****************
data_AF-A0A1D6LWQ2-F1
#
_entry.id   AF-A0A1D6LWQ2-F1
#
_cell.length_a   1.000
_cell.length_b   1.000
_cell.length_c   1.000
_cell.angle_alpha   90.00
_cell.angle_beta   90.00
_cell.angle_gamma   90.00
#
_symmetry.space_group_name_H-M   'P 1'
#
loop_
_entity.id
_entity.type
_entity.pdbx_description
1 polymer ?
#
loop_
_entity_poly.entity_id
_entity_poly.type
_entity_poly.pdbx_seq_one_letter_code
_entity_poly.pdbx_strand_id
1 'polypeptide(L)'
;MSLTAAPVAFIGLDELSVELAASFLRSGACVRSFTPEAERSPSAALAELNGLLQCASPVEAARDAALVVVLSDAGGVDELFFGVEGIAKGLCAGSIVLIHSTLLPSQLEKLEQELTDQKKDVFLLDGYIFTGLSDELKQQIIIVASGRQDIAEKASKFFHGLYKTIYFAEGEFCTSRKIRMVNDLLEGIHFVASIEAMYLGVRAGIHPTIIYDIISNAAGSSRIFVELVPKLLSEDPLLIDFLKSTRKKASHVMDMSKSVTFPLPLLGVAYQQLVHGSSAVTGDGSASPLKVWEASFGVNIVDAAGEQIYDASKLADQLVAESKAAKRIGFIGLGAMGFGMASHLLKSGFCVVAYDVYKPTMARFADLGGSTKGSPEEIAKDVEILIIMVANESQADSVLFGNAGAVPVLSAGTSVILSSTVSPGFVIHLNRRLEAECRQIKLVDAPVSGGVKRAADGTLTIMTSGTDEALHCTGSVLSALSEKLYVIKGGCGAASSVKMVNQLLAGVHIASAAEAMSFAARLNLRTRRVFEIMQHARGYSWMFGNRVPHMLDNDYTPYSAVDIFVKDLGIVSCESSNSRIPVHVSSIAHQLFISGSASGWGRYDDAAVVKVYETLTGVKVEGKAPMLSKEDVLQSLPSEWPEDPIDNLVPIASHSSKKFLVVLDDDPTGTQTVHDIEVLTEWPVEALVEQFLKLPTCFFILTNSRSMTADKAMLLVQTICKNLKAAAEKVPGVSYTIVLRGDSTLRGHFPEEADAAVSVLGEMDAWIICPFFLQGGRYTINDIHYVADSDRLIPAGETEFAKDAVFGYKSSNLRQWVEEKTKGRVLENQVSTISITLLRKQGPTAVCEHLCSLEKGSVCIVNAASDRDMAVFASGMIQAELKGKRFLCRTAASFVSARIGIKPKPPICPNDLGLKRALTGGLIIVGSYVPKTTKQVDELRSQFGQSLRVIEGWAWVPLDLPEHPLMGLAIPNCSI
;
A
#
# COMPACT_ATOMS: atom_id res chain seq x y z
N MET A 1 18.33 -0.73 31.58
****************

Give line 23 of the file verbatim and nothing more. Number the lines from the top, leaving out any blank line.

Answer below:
_entity_poly.pdbx_seq_one_letter_code